The Qu follow the agenda of enigmatic higher forces that oppose the existence of sapient life, believing it to be a a plague that would inevitably eradicate the natural order. [1] To serve their purposes, they act as intergalactic nomads, stopping in galactic spiral arms for millions of years before moving on. They remorselessly alter sapient beings in proportion to their crimes against the Qu's mission, starting with the mere act of sapience, and increasing for having caused extinctions or fervently resisting the Qu. These other sapient species are seen as mere objects to be rebuilt into "practical" or entertaining forms. Greater criminals against the Qu are made into a form that gives them a tortured existence, as seen with the Colonials. Like the Gravital, the Qu are not truly evil or full of hate to all other lifeforms, but are merely far too indoctrinated by their own religion and extremist beliefs. Qu architecture, as seen in monuments that are left on worlds they alter and colonize, consists of massive, featureless pyramids, which serve an unknown function, and are not torn down or otherwise removed once the Qu leave for another galaxy.

The Qu have incredibly advanced technologies, able to cross galaxies. While their exact weapon capabilities are unknown, they were able to overpower almost every Star Person colony in a single swift invasion, meaning that their weapons surpassed those of the Star People, who had weaponry that could nova stars and destroy star systems. Their most notable and advanced technology is their genetic manipulation technology, which is capable of altering existing lifeforms into an array of different forms, even removing sapience. The exact method of doing this is unknown, but it is possible that it is done utilizing nanotechnological drones.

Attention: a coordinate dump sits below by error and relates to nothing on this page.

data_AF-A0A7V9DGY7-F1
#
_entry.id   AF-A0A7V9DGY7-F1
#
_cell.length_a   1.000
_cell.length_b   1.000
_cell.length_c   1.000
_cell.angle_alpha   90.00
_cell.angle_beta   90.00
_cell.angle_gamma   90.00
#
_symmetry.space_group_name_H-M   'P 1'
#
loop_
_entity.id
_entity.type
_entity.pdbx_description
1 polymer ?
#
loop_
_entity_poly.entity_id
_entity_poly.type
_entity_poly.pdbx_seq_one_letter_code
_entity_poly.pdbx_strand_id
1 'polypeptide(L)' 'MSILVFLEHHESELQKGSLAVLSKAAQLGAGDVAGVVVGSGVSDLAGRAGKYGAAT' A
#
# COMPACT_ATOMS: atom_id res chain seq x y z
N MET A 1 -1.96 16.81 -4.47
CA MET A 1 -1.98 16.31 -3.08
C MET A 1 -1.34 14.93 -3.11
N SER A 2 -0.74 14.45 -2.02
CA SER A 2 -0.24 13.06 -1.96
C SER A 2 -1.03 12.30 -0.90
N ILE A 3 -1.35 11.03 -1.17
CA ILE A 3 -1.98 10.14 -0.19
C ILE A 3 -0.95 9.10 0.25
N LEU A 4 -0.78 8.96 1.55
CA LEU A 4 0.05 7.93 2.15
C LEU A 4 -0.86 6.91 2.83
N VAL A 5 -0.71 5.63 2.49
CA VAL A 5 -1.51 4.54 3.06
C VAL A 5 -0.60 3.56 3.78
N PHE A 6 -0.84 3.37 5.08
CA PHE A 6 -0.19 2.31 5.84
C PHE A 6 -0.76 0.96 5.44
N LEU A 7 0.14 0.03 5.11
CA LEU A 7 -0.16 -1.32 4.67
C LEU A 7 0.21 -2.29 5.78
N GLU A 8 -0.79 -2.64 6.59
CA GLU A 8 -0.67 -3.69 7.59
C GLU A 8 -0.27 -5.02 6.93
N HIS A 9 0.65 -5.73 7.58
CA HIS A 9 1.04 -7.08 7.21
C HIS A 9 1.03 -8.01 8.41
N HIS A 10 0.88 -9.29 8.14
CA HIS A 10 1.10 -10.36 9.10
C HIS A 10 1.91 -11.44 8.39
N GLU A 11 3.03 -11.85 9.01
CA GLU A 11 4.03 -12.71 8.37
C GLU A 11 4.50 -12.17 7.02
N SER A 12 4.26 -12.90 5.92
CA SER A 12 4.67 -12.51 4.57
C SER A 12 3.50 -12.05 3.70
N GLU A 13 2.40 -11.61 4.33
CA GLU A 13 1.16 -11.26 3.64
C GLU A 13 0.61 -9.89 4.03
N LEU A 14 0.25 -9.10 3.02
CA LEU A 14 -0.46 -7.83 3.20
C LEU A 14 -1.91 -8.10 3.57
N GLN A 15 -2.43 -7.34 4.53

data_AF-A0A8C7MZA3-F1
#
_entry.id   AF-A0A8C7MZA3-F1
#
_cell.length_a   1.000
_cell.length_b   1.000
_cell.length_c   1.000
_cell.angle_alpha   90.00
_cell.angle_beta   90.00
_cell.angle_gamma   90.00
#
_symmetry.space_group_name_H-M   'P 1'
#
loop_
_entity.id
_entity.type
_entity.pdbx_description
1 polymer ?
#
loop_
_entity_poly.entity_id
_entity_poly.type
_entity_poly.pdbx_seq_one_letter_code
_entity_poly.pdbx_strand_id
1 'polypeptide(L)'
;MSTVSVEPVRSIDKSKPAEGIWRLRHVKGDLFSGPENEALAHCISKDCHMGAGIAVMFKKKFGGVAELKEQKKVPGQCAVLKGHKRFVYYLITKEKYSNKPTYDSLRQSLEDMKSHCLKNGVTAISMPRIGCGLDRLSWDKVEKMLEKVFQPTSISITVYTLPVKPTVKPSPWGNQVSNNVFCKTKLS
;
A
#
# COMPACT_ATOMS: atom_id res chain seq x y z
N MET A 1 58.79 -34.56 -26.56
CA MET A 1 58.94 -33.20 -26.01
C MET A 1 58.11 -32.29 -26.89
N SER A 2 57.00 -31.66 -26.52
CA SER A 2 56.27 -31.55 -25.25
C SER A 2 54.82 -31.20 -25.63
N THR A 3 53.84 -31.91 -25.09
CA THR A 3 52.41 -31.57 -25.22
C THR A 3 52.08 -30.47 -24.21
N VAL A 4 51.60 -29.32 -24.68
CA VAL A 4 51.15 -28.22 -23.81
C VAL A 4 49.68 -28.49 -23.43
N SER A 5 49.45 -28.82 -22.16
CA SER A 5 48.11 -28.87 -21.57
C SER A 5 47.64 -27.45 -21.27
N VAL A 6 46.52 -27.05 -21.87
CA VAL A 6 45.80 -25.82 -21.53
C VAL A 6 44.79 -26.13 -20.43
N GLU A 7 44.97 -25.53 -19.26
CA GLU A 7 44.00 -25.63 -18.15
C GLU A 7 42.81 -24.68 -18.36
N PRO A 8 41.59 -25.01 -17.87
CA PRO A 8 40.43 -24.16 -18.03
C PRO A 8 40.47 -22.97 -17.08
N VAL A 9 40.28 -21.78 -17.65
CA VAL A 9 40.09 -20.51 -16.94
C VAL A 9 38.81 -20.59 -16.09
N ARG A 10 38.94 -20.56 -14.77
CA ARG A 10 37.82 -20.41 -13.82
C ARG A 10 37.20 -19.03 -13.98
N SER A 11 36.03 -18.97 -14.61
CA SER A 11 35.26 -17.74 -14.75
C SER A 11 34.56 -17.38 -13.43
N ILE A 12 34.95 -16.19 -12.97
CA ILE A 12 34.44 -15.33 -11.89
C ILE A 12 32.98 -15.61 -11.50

At the time of the first contact between Qu and Star People, the Qu were almost a billion years old, constantly travelling the galaxy from one spiral arm to the next, in giant, epoch-spanning mass-migrations. As masters of genetic and nanotech manipulations, they constantly improved themselves and remade the worlds they visited. They were most likely the ones who created Panderavis from Earth Therizinosaurs. 041b061a72